The Federal Government on Saturday recommenced the payment of subsidy on petrol as it subsidised the commodity by N5.84 for every litre of premium motor spirit consumed in Nigeria.
Subsidy on petrol was stopped in January after the review of the pricing template of the product by the government.
It also announced that the current official pump prices of petrol would remain at N86 per litre when purchased at filling stations run by the Nigerian National Petroleum Corporation and N86.5 per litre when sold at outlets operated by other oil marketers.
The government further said petrol scarcity would end in a few days, but was silent on the specific day or date.
Figures from the latest pricing templates of the Petroleum Products Pricing Regulatory Agency released on Saturday, showed that the Federal Government was paying N5.84 as subsidy on every litre of petrol sold at non-NNPC filling stations.
The PPPRA is the agency of the Federal Government that regulates the prices of white products — petrol and kerosene, across the country.
According to the agency, the Expected Open Market Price of petrol for non-NNPC stations as at April 2, 2016, was N92.34 per litre, against an official pump price of N86.5 per litre, leaving an under-recovery or subsidy of N5.84 per litre.
Similarly, the template for NNPC-run stations showed that the government was paying N5.80 per litre as subsidy, as the EOMP for outlets in this category was N91.80 per litre as against an official rate of N86 per litre.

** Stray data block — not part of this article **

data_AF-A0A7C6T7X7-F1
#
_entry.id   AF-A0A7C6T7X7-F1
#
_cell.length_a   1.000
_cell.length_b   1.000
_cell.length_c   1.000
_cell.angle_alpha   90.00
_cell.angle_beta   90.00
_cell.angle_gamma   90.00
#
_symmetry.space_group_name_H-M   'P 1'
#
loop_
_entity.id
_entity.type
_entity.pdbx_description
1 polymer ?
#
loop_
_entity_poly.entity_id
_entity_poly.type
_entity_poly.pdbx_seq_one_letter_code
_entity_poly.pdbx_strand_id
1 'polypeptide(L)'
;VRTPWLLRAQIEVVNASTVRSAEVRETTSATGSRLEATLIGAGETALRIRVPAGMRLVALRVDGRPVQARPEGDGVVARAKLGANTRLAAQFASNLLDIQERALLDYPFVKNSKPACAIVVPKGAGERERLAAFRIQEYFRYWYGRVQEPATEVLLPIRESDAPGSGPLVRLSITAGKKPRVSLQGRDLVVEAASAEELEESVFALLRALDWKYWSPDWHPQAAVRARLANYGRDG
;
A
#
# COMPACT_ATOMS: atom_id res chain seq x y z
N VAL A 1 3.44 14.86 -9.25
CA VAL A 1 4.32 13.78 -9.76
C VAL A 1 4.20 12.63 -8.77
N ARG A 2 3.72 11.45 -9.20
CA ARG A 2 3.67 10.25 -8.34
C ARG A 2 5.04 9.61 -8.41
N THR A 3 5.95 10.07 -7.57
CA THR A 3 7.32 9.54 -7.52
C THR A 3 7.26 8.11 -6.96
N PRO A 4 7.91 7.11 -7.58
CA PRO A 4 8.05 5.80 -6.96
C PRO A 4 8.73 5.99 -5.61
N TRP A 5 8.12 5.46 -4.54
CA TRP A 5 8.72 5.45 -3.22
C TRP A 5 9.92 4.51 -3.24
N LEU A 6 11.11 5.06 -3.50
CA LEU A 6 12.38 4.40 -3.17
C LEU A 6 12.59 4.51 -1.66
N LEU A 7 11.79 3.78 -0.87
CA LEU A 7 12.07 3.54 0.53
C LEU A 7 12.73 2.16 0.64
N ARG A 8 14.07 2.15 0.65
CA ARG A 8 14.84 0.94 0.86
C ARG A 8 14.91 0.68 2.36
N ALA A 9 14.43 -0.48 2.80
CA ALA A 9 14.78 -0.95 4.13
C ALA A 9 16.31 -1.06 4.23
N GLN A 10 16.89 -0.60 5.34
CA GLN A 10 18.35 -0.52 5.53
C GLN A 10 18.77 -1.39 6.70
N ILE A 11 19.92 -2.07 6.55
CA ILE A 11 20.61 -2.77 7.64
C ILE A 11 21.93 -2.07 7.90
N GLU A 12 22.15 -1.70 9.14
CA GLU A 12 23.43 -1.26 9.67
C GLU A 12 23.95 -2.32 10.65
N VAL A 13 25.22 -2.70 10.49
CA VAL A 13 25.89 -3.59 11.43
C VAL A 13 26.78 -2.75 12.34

The EOMP is the actual cost of petrol without subsidy and comprises of the landing cost of the product as well as its subtotal margins like transporters charge, admin fee, dealers cost, bridging fund, etc.
On the retained pump price of petrol, the Acting Executive Secretary, PPPRA, Mrs. Sotonye Iyoyo, said, “The agency is retaining the retail prices of N86.00 for the NNPC, and N86.50 for the other marketing companies. The pump price of household kerosene also remains unchanged from what it was in the last quarter.
“Therefore, marketers are advised to ensure that there is no price distortion in their respective retail outlets. PPPRA, however, shall continue to monitor the global oil market performances, and come up, at appropriate time, with reasonable changes consistent with the newly-adopted price modulation principles.”
On news making the rounds that the agency was planning to increase the petrol price, Iyoyo urged members of the public to ignore such rumour, as prevailing market indicators do not support such.
She also called on motorists to desist from panic-buying, stressing that “PPPRA was working hard with other sister-organisations to ensure that the current supply and distribution challenges were resolved within the coming days.”